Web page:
> From: David Morris
> 
> We are talking about different things. Struts is MVC. JSP, JSTL,
> JSF, etc. are just the V. If you don't use something like Struts,
> you will never be able to switch the view. I bet your PBD tool
> does not work with program defined display files. For the same
> reasons, you are better off using Struts and JSTL tags over
> scriptlets or pure HTML.

What do you mean by "switching the view"?  Really, I'm not saying
anything more than the fact that Struts is dying and JSF/JSTL is the new
kid in town, and that if you sit on the bleeding edge, that sort of
thing is going to happen.

You seem dead-set on talking about PBD.  I am talking about web
application development in general.  It's my contention that pure JSP
Model II is all you need - Struts is simply extra overhead.  What PBD
does is not an issue.  PBD is a code generator - it can generate Struts
code just as easily as JSP Model II.  It's just that I like to keep
things simple.


> I can't afford to stop development and wait for JSF.

Ah, here's my point... I don't HAVE to wait for JSF!  Because I don't
need it!  I'm still trying to figure out what you gain from Struts other
than a different syntax.


> My ideal framework would implement MVC as a services
> interface over a platform independent database layer (like
> Hibernate provides).

Whatever you like, David.  I don't need an "independent database layer".
I'm not looking to move my customers off the iSeries.  So I like RPG and
JSP Model II.  Fast and blindingly simple.  No compatibility issues, and
code I wrote three years ago still works today.  The trick is to code
the logic in your servlets and beans, not in your UI.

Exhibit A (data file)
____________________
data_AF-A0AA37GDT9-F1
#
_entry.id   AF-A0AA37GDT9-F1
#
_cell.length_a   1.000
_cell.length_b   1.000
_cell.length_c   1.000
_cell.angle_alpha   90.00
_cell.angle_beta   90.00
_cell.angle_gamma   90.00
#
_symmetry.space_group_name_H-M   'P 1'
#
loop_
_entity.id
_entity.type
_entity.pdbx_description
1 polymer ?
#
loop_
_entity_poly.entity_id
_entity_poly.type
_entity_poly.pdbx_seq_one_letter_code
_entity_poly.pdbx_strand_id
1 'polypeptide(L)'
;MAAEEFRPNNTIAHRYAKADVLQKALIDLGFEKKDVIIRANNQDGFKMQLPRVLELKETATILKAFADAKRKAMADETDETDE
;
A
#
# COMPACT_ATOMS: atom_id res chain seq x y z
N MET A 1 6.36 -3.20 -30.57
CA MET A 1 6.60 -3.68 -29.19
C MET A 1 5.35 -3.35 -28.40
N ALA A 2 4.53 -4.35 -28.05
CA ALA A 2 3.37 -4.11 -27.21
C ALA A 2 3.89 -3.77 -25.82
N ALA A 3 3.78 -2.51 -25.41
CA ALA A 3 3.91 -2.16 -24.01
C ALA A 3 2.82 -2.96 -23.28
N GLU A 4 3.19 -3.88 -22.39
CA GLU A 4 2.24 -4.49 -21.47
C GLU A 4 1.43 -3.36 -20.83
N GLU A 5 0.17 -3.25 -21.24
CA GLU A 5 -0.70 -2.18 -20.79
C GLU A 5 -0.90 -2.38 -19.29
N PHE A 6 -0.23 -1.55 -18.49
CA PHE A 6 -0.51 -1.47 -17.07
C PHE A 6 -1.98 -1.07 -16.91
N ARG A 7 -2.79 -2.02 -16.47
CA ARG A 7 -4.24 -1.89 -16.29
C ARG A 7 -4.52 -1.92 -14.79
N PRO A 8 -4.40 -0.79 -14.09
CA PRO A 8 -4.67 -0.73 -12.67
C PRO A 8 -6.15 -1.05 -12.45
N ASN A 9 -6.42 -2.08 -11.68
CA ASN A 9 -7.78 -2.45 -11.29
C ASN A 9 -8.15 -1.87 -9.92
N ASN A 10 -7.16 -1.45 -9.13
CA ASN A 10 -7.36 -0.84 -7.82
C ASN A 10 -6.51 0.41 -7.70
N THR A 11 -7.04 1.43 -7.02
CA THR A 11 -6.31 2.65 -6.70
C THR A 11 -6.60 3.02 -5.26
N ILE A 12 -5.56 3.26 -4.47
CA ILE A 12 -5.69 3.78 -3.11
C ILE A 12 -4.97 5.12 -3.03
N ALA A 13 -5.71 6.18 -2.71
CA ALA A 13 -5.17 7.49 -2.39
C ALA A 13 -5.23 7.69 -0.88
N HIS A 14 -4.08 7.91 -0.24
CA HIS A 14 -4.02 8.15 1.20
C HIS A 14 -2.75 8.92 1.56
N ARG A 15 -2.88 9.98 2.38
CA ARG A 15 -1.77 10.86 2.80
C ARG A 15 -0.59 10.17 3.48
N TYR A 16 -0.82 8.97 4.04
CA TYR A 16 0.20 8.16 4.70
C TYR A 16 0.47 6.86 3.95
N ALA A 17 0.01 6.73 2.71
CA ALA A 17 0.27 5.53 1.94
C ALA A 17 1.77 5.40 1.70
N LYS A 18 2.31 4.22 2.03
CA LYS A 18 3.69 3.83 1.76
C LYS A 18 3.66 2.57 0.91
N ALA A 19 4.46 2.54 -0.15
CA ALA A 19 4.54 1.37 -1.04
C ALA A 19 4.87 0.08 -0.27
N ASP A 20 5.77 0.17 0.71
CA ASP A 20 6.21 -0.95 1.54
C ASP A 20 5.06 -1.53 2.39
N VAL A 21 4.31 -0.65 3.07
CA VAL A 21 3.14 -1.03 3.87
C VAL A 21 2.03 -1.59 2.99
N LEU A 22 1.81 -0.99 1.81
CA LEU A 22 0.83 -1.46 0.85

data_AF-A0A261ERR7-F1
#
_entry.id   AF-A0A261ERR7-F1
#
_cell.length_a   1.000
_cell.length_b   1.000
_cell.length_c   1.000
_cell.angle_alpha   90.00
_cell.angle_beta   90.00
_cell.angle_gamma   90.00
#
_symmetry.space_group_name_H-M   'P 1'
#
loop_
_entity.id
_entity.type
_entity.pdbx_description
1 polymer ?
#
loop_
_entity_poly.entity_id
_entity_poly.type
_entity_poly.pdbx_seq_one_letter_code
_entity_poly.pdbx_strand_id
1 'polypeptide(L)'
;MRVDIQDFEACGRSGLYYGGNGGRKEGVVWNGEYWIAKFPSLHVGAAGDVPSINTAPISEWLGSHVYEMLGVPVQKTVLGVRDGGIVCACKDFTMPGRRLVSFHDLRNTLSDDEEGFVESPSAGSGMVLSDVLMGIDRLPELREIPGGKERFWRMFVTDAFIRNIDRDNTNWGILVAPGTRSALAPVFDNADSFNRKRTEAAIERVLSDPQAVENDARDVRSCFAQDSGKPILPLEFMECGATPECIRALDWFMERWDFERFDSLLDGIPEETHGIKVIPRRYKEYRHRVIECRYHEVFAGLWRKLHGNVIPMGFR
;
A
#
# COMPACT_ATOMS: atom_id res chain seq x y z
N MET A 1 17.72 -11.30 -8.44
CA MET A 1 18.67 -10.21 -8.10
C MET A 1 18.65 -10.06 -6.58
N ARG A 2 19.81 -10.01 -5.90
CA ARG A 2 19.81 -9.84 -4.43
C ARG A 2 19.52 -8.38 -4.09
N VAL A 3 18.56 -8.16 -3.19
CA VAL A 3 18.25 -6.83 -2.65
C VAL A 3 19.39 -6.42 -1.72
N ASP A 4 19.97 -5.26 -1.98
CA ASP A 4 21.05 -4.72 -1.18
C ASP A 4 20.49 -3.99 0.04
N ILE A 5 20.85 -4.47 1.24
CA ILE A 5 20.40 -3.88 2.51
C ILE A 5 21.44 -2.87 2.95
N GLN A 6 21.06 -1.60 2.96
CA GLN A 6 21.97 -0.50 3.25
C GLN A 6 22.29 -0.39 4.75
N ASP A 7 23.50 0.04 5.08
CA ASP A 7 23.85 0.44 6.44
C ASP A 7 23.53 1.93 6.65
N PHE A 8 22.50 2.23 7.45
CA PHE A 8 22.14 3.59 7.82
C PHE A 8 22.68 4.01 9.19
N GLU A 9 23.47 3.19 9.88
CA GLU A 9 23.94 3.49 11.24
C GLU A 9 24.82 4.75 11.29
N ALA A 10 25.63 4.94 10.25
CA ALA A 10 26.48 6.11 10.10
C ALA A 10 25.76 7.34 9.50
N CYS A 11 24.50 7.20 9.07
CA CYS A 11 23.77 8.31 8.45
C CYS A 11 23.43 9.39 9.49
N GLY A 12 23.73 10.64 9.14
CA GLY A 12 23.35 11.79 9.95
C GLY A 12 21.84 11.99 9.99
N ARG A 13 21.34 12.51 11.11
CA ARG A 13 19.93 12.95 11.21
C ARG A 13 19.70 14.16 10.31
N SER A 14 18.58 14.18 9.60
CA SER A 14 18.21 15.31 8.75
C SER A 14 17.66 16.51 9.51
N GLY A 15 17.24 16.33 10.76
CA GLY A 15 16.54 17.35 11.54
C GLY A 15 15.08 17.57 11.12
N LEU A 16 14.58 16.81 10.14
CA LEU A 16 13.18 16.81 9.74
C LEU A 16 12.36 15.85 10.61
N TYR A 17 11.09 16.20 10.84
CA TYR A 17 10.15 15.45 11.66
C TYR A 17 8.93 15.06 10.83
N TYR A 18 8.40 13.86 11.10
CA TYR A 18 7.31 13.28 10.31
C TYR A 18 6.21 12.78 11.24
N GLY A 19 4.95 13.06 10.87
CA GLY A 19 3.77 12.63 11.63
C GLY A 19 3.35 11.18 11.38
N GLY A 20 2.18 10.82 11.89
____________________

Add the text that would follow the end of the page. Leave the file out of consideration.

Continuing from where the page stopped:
> If you are set on using scriptlets, you might look at:
> http://www.day.com/en/product/productline/unify/ide/dnlogin.html
> I don't know if it is any good but I do know that debugging scriptlets
> is a huge pain.

I guess it depends on your tools.  In WDSC setting a breakpoint in a
scriptlet is as simple as double-clicking on the line.

Anyway, you have your own development methodology, and I'm not saying
it's wrong.  I'm just saying it's not the same as mine, and mine is just
as valid as yours.  From a standpoint of stability over the long term,
I'd say mine is better.  For writing lots of code quickly, I'd say yours
is better.  It just depends on your goals.

Joe


As an Amazon Associate we earn from qualifying purchases.

This thread ...

Replies:

Follow On AppleNews
Return to Archive home page | Return to MIDRANGE.COM home page

This mailing list archive is Copyright 1997-2022 by midrange.com and David Gibbs as a compilation work. Use of the archive is restricted to research of a business or technical nature. Any other uses are prohibited. Full details are available on our policy page. If you have questions about this, please contact [javascript protected email address].

Operating expenses for this site are earned using the Amazon Associate program and Google Adsense.